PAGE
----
Welcome to Shangri-La
A performer takes a moment to prepare before dancing at the Punakha Festival. (Antony Gibin/LPI)
Bhutan, for years closed off from the rest of the world, seems like a little slice of Himalayan heaven.
Here, traffic lights do not exist (there was one set in capital Thimphu, but they were removed for being unfriendly), strict conservation laws mean trees still cover almost 75% of the country, and productivity is measured in Gross National Happiness.
This is a land of awesome mountains – some of the highest in the world – thick-forested valleys and imposing dzong, monastery fortifications often perched on cliffsides. It is a place where landscapes are dotted with blue poppies, snow leopards and innumerable banners of bright flapping prayer flags.
Yes, prayers. Bhutan takes its Buddhism seriously. The religion pervades all levels of life, resulting in peaceful temples, red-robed monks scurrying along the streets, a mind-blowing number of deities and legends, and a widespread belief in practicing kindness and loving to all sentient beings.
Pay by the day
Paradise does not come cheap. In order to maintain the country’s pristine nature and spiritual integrity, the Government charges a hefty minimum fee to enter the country. Currently, visitors in peak season (February to May and August to December) must pay at least $200 per person per night; in the low season (January and June to July) the fee is $165. The government plans to increase the rate to $250 in 2012
This cost covers virtually all your expenses: accommodation, meals, a licensed Bhutanese guide, internal transport and trekking arrangements, should you wish to stretch your legs (the country offers some of the best hiking in the Himalayas).
But accommodation is not all encompassing. There are some super-luxurious properties in Bhutan that will set you back significantly, on top of the fee. But stays under canvas or in more mid-range lodgings should be covered.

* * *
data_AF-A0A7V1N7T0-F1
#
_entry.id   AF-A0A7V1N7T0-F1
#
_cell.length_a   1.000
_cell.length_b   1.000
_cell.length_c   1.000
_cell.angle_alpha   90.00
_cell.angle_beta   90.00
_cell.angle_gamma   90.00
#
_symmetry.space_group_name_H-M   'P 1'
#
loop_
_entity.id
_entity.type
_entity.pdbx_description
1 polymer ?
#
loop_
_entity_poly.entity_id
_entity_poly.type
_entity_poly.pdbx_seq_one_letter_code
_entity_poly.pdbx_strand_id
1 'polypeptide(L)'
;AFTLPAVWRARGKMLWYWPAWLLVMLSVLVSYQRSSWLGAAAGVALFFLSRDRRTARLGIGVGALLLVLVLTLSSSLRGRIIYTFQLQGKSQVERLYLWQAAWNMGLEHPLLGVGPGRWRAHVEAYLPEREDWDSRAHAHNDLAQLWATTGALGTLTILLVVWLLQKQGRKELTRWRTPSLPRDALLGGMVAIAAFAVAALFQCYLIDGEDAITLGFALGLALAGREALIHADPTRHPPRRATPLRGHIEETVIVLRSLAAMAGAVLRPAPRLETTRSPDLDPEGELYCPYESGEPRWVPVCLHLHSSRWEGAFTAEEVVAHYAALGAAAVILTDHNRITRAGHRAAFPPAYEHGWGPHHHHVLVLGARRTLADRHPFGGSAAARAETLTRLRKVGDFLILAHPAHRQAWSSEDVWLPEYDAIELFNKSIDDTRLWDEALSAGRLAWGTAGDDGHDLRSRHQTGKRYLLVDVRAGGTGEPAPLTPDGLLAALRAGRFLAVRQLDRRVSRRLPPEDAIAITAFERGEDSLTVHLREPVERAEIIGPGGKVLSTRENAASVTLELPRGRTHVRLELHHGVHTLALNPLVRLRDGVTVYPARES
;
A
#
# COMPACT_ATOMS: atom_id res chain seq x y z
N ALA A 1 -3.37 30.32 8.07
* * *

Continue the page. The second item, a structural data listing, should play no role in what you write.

Also note, higher fees apply if you do not travel as a group: single travellers pay an extra $40 per night, on top of the minimum day rate; couples an extra $30 per person per night. So you might want to find some like-minded friends...
No going solo
A guide, and likely a separate driver, come as standard in Bhutan. Independent travel is forbidden.
If there is something you particularly want to experience – a certain tsechu (festival) or maybe an archery lesson (the national sport) – you can tailor-make a trip with the help of a specialist tour operator. But all itineraries must be approved by Bhutan’s Tourism Council, and accompanied by a local guide.
Your tour operator will also arrange your transport to Bhutan – you cannot book flights independently. Bhutan has just one international airport, at Paro (a scenic, if white-knuckle, landing amid the mountains); flights on national carrier Druk Air fly in from Nepal, India and Thailand. It is also possible to enter overland, but you will still need your travel plans – itinerary, visa, etc – arranged in advance by a tour operator.
Is it worth it?
Nepal is just over the mountains and India is down south. Both have snow-capped Himalaya, both have fascinating religions, and both are cheap as chips. Is it worth spending all that money on a trip to Bhutan?
Mostly, yes. If you just want a pretty trek in pretty mountains, on a limited budget, spend your rupees elsewhere. But Bhutan is unique. And who knows for how much longer. In 2008 the country switched from being a kingdom to a democracy, a decision taken by the much-loved King himself. There is a desire to attract more tourists; three regional airports are being built and new areas are opening up, such as Merak Sakten, in the east.
With increased development, and tourist footfall, will this singular, spectacular nation be able to maintain its spiritual and natural allure? Who knows. So visit now – some things are just priceless.